Christmas time again?

Christmas time again?

For all Morris J type Vans, Morris JB vans and (BMC 50's vehicles)Torque! e-mail fiftiesvehicles@mail.com. The copyright of any photograph on this blog-site will remain with its owner. No infringement intended.

Tuesday, 28 May 2013

GPO J type vans 60 years ago.

These interesting details taken from the GPO archives by Mr C Hogan. POVC.
On Wednesday 21st May 1952 a GPO mail van carrying HVP High Value Packets was intercepted by raiders. The 3 Post Office employee’s were violently attacked and their van stolen with a loss of £200k.
They were carrying old bank notes that were destined to be burned.
From then on these HVP vans had an alarm fitted and were followed by other GPO vans as the police were unable to provide an escort for each van.

No such HVP J type van has survived until now. (If the van turn out as good as the photographs suggest this will indeed be an interesting vehicle).
No trace of the alarm system seems to have survived but the different partition fitted (no sliding door) is a big clue to its former use.
Further details shortly.

Did you know? In 1950 the GPO ordered 3000 gents Universal bicycles and then a further 3000 in 1952.

In the 1952 Engineers-in-chief report, states the following problems with the new Morris J vans.
They were having operation and maintenance problems. 

1, Jumping out of 2nd gear.

2, Main wiring loom and starter cables had both given trouble owing to chafing at various points needing many additional clips to be fitted.

3, The starting handle brackets failed when used.

4, The battery box lids hinges needed improving to improve access to the battery master switch.

5, Many complaints about poor heating and ventilation.

From then on existing vans (whose drivers had complained) were converted to opening windscreens at a cost of  £4-12s-6d each, from November 1952 all GPO produced J vans where fitted with opening windscreens on the production line.
The first of these to be registered was MYE 100 in spring 1953.

6, Many GPO drivers complained that the driver seat were to high, a problem I’ve found, you almost have to duck your head to see through the top of the windscreen.
The GPO solution, where necessary the wooden seat base was made 2 ½ inches lower. That cured that problem.
Further interesting gems are yet to be uncovered.

Wednesday, 15 May 2013

Further pictures of the former Work Ambulance.

Point to notice is the roof has been cut back and fixed to the tops of the doors to give more headroom.



Inside the van were many boxes of bits, spare parts, new and old all wrapped up in old local newspapers from the 1980's.



Cut down door pocket cover, gives more light inside the van and better all round visibility.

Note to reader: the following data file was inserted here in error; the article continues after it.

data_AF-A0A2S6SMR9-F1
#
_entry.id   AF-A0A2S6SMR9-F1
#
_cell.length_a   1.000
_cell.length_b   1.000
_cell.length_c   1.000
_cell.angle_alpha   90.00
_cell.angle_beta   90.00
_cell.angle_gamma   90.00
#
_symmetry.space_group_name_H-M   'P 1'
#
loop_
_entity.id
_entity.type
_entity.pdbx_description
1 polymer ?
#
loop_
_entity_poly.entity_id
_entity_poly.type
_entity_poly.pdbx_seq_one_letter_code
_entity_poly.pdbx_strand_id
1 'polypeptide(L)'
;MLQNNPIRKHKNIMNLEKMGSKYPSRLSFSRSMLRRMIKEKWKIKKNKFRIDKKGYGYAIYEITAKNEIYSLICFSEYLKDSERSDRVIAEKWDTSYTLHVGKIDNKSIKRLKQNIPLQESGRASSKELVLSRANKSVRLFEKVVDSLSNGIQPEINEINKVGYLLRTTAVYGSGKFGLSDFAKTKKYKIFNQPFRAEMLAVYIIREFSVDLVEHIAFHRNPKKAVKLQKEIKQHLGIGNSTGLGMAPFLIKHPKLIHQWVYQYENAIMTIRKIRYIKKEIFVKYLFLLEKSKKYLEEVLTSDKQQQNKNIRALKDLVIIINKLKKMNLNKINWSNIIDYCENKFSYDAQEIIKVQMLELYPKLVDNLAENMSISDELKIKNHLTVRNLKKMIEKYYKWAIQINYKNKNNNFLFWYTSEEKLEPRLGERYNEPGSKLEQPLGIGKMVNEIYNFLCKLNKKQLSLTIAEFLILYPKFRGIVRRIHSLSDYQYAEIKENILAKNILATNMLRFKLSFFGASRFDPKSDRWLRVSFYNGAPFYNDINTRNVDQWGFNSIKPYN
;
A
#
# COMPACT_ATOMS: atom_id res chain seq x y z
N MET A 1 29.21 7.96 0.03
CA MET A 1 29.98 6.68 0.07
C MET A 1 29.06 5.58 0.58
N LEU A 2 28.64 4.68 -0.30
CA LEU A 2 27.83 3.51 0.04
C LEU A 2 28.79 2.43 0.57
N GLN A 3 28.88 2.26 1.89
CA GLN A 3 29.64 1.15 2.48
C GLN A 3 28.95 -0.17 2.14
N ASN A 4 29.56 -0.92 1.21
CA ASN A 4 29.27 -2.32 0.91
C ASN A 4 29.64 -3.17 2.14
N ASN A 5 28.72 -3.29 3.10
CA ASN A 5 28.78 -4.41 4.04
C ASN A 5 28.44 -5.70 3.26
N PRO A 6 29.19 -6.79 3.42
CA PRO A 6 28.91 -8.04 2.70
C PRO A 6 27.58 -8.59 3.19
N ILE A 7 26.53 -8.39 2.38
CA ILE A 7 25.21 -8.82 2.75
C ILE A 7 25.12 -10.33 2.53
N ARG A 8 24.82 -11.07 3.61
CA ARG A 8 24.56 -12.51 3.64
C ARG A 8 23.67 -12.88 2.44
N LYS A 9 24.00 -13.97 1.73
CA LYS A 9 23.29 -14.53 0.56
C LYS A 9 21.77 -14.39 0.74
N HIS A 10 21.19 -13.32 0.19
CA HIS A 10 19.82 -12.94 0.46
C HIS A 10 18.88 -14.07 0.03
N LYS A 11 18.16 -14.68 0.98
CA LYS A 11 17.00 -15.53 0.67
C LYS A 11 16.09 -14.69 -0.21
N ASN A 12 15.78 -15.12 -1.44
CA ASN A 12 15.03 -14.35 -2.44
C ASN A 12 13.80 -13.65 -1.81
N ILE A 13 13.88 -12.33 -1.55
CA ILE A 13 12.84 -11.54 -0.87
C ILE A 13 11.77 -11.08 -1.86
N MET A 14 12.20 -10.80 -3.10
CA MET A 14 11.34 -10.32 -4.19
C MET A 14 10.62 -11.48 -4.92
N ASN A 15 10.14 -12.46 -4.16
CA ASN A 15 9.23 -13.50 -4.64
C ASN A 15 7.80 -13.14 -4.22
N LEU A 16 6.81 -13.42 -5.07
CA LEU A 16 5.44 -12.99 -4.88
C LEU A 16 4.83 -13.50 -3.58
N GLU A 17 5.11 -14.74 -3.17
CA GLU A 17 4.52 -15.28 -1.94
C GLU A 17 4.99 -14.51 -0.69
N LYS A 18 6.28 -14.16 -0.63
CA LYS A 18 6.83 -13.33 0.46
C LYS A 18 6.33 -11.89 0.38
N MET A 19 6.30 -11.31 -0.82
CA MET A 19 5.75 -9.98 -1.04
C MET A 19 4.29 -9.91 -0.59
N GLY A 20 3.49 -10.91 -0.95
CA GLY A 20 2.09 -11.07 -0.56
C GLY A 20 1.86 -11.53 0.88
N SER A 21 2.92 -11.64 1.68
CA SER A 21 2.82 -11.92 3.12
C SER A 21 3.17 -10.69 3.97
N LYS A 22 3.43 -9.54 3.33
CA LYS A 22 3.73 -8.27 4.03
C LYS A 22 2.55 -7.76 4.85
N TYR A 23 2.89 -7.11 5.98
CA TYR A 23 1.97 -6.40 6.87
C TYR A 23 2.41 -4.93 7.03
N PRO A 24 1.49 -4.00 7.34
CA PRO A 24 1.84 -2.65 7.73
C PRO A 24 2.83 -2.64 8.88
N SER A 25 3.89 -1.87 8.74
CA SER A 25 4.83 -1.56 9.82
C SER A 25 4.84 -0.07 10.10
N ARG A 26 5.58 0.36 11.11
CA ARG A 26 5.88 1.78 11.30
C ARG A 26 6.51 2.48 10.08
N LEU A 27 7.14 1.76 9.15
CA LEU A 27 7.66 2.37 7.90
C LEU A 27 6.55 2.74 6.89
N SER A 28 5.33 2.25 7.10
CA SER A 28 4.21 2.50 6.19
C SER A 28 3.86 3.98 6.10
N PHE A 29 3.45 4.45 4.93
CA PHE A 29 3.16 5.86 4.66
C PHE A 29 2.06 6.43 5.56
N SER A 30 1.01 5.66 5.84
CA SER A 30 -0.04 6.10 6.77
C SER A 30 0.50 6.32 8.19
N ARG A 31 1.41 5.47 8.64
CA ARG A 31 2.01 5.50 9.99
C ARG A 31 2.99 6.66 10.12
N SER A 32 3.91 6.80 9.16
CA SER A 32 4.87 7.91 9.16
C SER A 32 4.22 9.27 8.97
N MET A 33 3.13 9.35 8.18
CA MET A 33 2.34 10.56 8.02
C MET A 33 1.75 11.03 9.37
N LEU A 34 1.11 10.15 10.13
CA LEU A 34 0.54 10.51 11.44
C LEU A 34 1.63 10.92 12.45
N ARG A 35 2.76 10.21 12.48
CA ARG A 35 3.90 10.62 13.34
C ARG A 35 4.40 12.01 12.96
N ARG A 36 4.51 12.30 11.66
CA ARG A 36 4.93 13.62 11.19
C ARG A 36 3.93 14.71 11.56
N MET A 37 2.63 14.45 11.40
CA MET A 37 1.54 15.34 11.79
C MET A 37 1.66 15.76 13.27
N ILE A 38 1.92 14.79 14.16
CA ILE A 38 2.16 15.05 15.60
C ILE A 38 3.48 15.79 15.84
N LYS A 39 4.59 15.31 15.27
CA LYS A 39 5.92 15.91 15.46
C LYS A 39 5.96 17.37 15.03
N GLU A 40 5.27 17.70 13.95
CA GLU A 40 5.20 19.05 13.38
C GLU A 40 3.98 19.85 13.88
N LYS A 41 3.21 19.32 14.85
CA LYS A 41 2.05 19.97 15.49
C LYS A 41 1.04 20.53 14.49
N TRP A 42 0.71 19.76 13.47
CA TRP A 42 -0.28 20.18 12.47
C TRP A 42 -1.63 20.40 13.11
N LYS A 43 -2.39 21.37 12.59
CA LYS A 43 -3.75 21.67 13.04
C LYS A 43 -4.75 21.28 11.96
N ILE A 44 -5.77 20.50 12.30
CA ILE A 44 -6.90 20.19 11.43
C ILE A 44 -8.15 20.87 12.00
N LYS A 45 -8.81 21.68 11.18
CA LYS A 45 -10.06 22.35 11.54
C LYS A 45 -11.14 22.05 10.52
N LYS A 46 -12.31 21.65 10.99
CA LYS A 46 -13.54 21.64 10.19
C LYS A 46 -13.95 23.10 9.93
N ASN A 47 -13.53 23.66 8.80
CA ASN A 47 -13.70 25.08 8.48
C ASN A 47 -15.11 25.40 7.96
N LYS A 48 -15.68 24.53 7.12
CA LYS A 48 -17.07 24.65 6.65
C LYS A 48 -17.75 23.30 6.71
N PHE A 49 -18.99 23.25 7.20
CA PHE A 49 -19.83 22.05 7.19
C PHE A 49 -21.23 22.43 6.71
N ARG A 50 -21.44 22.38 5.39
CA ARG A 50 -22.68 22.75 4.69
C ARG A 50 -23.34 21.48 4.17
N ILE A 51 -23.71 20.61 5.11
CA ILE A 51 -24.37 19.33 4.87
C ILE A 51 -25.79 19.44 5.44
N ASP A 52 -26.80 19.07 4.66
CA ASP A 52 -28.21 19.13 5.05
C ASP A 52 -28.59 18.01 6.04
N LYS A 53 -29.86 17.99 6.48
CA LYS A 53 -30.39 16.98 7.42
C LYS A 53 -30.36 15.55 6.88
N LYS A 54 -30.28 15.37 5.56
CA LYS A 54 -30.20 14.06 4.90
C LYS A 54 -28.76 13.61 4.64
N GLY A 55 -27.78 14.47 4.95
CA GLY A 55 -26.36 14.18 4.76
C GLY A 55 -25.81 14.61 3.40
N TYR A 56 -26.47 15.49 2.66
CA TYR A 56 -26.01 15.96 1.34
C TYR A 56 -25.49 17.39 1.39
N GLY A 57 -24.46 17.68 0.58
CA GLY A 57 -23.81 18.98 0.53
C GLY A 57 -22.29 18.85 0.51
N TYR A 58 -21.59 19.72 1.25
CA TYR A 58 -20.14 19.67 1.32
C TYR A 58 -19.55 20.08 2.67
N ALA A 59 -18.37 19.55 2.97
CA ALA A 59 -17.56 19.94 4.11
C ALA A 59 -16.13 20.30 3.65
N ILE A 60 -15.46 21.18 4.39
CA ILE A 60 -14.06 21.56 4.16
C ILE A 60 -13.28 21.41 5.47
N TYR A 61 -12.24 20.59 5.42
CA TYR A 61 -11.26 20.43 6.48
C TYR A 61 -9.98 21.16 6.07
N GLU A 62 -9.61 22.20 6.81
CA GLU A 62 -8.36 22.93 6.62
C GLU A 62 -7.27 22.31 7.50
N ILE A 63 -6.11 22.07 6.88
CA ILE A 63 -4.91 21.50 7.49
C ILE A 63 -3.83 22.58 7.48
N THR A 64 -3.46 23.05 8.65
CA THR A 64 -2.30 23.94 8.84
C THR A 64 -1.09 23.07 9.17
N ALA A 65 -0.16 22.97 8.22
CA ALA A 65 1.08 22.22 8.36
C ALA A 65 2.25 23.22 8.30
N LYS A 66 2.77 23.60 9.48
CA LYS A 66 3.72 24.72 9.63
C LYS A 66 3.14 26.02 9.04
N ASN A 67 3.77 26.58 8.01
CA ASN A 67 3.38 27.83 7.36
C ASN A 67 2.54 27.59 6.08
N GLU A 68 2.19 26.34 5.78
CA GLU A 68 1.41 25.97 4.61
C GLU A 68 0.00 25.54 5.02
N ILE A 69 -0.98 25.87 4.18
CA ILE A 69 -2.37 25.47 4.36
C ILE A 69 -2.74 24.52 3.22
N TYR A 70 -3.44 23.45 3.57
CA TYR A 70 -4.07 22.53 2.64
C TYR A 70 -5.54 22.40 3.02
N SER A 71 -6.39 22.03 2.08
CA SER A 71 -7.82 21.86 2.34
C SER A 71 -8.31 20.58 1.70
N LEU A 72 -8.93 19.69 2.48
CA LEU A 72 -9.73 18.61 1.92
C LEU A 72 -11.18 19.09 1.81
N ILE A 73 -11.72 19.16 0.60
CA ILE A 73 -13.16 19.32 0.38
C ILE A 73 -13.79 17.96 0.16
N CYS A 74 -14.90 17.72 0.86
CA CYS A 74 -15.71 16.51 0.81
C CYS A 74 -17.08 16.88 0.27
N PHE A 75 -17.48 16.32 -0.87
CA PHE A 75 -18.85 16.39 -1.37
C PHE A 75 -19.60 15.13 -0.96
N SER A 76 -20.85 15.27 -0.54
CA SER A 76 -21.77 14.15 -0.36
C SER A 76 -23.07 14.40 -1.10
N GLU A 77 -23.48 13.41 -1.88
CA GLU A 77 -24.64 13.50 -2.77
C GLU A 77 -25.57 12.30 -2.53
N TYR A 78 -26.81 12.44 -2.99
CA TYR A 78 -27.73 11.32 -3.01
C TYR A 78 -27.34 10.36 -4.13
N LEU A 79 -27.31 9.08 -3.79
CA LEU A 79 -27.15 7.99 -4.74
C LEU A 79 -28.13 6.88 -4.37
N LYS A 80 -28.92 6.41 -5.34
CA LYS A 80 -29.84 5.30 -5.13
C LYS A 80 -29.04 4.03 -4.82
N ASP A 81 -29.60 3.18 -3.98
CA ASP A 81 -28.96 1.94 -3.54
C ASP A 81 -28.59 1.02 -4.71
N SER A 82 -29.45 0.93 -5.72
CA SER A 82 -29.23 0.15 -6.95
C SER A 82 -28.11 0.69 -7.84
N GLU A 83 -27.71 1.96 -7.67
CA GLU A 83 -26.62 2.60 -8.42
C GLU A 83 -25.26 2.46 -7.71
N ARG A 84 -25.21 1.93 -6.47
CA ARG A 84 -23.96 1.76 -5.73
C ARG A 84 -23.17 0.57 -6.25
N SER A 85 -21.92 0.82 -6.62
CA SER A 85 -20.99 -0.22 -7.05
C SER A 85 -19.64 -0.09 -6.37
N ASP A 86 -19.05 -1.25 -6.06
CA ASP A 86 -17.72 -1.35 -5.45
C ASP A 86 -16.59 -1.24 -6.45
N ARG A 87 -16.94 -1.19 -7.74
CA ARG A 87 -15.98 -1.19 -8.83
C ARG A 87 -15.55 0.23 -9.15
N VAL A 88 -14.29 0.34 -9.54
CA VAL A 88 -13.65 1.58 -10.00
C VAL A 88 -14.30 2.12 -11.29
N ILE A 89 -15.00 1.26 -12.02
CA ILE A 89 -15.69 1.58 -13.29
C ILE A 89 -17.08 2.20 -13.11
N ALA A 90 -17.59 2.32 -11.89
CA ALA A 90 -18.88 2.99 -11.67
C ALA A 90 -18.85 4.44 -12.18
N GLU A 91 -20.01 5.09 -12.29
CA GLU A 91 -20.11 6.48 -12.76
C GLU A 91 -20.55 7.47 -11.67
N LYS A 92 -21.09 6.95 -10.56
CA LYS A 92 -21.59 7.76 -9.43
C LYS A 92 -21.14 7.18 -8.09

A side valve engine but with out its cylinder head.

Overall a very sound van, rare as well and should be kept as an Ambulance.

Wednesday, 8 May 2013

Another JB van is rescued and restoration has already started.












The story of this van. The current owner of this van purchased it in 1984,  He stripped the van of the doors, panels, engine & other bits off the van and transported them and they have been in safe storage ever since.
The owner finally collected the van and transported it from about 60 miles south-east of Melbourne to his home about 100 miles to the north-west.

He is embarking on a total restoration and the van is already up on axle stands.
It is remarkably rust-free & complete in all original details under all that neglect damp; grime and  sump oil. It was kept in open storage since the mid-90's. - the sump oil coating was intended as an improvised conservation technique and it does seem to have worked. 
It is hoped that the new owner will start a blog/web site so we can all see the progress of the restoration or if not, carry on sending pictures to me and I will post them here.
The only part that is missing is the Metal Driver seat frame, any one have a spare?

Wednesday, 1 May 2013

Rather a lot going on in the J type world.

 The blue project van currently on e-bay is doing rather well, good news that people out there are willing to take on a big project. Also in view is another J van in Ambulance trim. Both these vans came from the same collection. It is thought the previous owner lost them as he had not paid his storage fee's for his collection of vans for over a year, so the landlord cleared them out about 6 months ago. The current owner of the Ambulance, I'm pleased to say is planning a full restoration and it is hoped we have persuaded him to keep it in Ambulance trim. There are not many of these left. Also we have now gained the chassis number and date of registration, so another gap in the J van data base has been fill.